Security Assessment

Security Assessment: The process of testing security controls to expose any weakness or gaps in tools, technologies, services, and operations. It provides you with vital information needed to mitigate vulnerabilities timely and efficiently. Methods used vary widely.

  • Provides you with information needed to mitigate vulnerabilities timely and efficiently.

Methods used vary widely.

  • Influences active Vs. passive assessment type.
  • Influences other characteristics as well.

Vulnerability Assessment: An evaluation of a systems security based on the configuration state of the system.

  • Determines if current configuration match’s baseline.
  • Often accomplished through automated tools.
  • Identifies misconfiguration, lack of security controls and other vulnerabilities.

Security Assessment Techniques

Technique Description
Review baseline Baseline is a collection of configurations to use as a benchmark for other systems in the organization. Baseline should include industry recommended security configurations and should fulfill a function in the organization.
Review Code Code reviews should be conducted for all apps in development. Can be done manually or with automated tools.
Determine Attack Surface Attack surface is a combination of all areas that are exposed to an attacker. Reducing the attack surface reduces the risk of successful attacks.
Review Security Architecture Evaluate the security infrastructure model. Determine if assets are properly secured and vulnerabilities addressed.
Review Security design Determine if the security solutions fulfill the organizations needs. This needs to be done before the solution is implemented.

Vulnerability Assessment Tools

Tool Type Implement To
Vulnerability Scanner Assesses systems, networks and applications for weaknesses.
Port Scanner Assess current state of all ports on a network.
Packet Analyzer Assess traffic and what it reveals about contents and protocols being used.
Fingerprinting Tools Identify a targets operating system information and running services.
Network Enumerator Map logical structure of network and identify rogue systems.
Password Cracker Recover secret passwords from stored or transmitted data.
Backup Utilities Create copies of scanned data.
Honeypot Redirect suspicious activity to isolated systems for safe monitoring.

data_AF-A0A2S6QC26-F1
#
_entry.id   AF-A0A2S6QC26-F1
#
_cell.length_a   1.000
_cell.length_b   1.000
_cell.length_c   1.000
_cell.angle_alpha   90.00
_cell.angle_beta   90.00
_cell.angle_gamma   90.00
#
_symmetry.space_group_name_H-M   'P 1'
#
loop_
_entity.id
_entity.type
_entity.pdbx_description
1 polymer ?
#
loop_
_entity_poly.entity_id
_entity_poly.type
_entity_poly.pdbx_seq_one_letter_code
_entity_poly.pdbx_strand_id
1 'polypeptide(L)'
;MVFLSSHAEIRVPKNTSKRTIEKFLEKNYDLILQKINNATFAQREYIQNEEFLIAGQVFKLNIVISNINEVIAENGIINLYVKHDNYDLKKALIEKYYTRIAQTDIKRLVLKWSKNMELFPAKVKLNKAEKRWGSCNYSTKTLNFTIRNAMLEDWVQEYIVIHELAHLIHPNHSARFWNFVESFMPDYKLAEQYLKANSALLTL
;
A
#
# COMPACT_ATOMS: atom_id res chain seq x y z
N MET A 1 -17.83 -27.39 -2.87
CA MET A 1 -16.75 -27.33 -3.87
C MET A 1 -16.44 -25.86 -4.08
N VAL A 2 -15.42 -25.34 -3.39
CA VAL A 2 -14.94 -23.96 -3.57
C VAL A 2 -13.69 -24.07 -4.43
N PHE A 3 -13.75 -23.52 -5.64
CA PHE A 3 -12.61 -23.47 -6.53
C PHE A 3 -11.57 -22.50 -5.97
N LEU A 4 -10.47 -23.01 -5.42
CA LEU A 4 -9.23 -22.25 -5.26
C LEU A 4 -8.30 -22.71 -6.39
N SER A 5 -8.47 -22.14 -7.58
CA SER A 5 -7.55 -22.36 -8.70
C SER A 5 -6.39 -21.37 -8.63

Types of Vulnerability Scan

  • Tools scan weak points in a wireless network.
  • Tools to scan for configuration compliance.

Credentialed scans:

  • Scanner authenticates with the system its scanning.
  • Has elevated privileges to test all of the systems configuration.
  • More intrusive.

Non-credentialed scans:

  • Scans from a normal user perspective.
  • Allows you to focus on the most obvious vulnerabilities that can be exploited.
  • Less intrusive.

False Positive

  • Something incorrectly identified as a vulnerability.

Guidelines for Assessing Vulnerabilities

  • Consider how the host operating system is configured.
  • Dont rely on default configurations.
  • Create custom configurations designed for the organizations needs.
  • Consider the impact of zero-day vulnerabilities.
  • Consider software vulnerabilities like improper input and memory management.
  • Consider the impact of using outdated cipher suites.
  • Asses digital certificates for misconfigurations.
  • Assess encryption key management systems for weaknesses.
  • Consider the impact of weaknesses in the network architecture.
  • Consider the impact of misconfigured accounts.
  • Identify users who require training.
  • Identify critical business processes that lack a solid plan.
  • Consider the impact of system sprawl and undocumented assets.

Penetration Testing

Using active tools and techniques to evaluate security by simulating attacks on those systems.

  • Verifies that a threat exists.